Palestine: The world plays Dr. Frankenstein

Palestine is born. Palestine is a state, most of the world agrees, a development 25 years in the making.

arafat abbas 521 (photo credit: Courtesy)
arafat abbas 521
(photo credit: Courtesy)
Palestine is born. The world’s countries, with the exception of Israel and a select few friends, voted nearly unanimously to admit “Palestine” into the United Nations as a non-member state. Palestine is a state, most of the world agrees, a development 25 years in the making, since the PLO famously declared itself a state, but was rejected as such, in 1988.
In his bid to create life, Dr. Frankenstein created something known as “Frankenstein’s Monster.” It was meant to have had all the functions of a normal human being: to operate, to think independently, to be a sentient human being. However, the creature was grotesque, filled with hatred, and its sole purpose was to find another being like itself, always resulting in disappointment and an increased desire for revenge, eventually driving it into exile.
The same is true with the current creation of Palestine by the international community.
Just as Frankenstein created his monster with science, so, symbolically, did the international community create the “Frankenstate” by admitting it to the United Nations Education, Scientific and Cultural Organization ( UNESCO).
However, not fully accepted, the Frankenstate felt lost, abandoned and lacking identity as an actual state.
For a year, it was nameless and unnameable – until the international community decided that rather than bring it to life naturally, via negotiations with Israel, the world body would throw the switch on its own.
Creating a state in such a manner, however, condemns it to misery, for it will never really manifest itself and interact, and will always have to struggle to attain equality as a normal nation-state. It will always seek out its creators, to beg for aid and to use the world stage as a podium to complain about the lack of progress. As Dr. Frankenstein found out, you are responsible for what you have created.
The Montevideo Convention of 1933 defined a state using four criteria: Land, Government, People and Capacity to enter into relations with other states. A new Palestine benefiting from a state upgrade will be able to interact with the international system. However, it will still lack the remaining integral features of statehood:
• Land: The territory accepted to be part of a Palestinian state is divided between Fatah and Hamas and the Israeli Military Administration and to a limited extent actual Israeli law (in Jewish areas and in east Jerusalem). The Jewish claims to the land of historical Judea and Samaria and Jerusalem are substantial and cannot be disputed except through ignorant denials by a newly declared Palestine. As such, the created state is on, and will remain on, contested land.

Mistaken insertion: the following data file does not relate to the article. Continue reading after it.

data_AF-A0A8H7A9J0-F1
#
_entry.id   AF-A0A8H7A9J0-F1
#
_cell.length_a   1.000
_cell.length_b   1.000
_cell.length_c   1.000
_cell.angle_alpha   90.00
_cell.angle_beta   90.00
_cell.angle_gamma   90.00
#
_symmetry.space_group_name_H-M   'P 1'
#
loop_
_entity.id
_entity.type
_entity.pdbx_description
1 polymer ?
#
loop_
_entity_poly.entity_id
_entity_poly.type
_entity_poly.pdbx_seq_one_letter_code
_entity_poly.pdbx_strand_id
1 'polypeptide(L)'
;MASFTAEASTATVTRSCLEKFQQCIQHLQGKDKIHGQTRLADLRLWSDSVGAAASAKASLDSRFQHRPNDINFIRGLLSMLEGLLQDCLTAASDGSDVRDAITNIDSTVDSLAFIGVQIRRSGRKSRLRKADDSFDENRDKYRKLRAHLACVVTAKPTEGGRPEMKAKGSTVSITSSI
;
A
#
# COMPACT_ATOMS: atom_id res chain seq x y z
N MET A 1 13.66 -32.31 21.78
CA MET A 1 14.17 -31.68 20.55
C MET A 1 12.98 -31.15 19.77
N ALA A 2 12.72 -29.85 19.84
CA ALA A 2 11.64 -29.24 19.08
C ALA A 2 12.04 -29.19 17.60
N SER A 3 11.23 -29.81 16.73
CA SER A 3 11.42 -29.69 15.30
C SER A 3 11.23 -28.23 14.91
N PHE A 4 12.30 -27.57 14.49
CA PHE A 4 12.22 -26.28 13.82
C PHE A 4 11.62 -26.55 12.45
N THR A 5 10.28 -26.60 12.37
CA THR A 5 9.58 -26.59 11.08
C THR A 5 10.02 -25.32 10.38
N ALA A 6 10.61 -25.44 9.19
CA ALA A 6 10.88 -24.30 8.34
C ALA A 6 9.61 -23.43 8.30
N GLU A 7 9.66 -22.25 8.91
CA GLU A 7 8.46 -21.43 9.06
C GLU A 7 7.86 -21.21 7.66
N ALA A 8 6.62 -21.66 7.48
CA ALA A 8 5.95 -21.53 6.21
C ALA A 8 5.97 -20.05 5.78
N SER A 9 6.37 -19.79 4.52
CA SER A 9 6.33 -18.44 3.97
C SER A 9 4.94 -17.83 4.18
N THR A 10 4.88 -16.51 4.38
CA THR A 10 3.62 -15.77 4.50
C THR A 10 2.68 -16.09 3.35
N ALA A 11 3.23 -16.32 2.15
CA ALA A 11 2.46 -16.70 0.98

• Government: There are three governments in the new Palestinian state. A Fatah regime controls the West Bank, Hamas controls Gaza, and the Israeli government controls east Jerusalem and vast areas of the West Bank. The new state’s government is unable to exercise sovereignty over all its putative territory, a state of affairs which is likely to continue. Over certain areas, such as east Jerusalem, it will never receive total sovereignty, due to the city’s extreme significance for the Jewish people and faith.
• People: Both the Jews and the Palestinian Arabs claim the lands that have been accepted as a new Palestine. The Jewish claim predates the Arab claim in parts of the West Bank, especially east Jerusalem and Hebron. As such, there will always be a mixed population in the West Bank. A solution to the above would be for the Jewish population in the West Bank and east Jerusalem to apply for and accept Palestinian citizenship.
If the Palestinian state refuses, it may lead to permanent struggle. A state that is purely Palestinian, for Palestinians, will never exist. As is the case in Israel today, there will always be ethnic minorities.
• Representation: There are significant Palestinian populations throughout the Middle East. Does the new Palestine represent Jordan, does it represent Lebanon’s Palestinians? What about Israel’s Arabs, most of whom share common descent? The new state will likely raise more questions than it answers.
The world has agreed to this new creation in the international arena. While the resolution is not enforceable, it does add certain credence to the Frankenstate, which indeed is not a true state in the international system. In the Israeli case, the country went through a War of Independence before an actual state emerged. The current declaration amounts to the perpetuation of a pseudo-Palestine; contested, unresolved and lacking what it really needs to truly exist as a proper state. Like Frankenstein’s creation, such an entity will always struggle to find itself and to be happy.
Only through the legitimate channels to statehood – that is, solving the Israeli-Palestinian conflict, including realizing the rights and legitimate claims of the Jewish people – can Palestine ever find happiness.The writer is a freelance writer and journalist specializing in international law and international relations. He has a masters degree in international relations from the University of Toronto.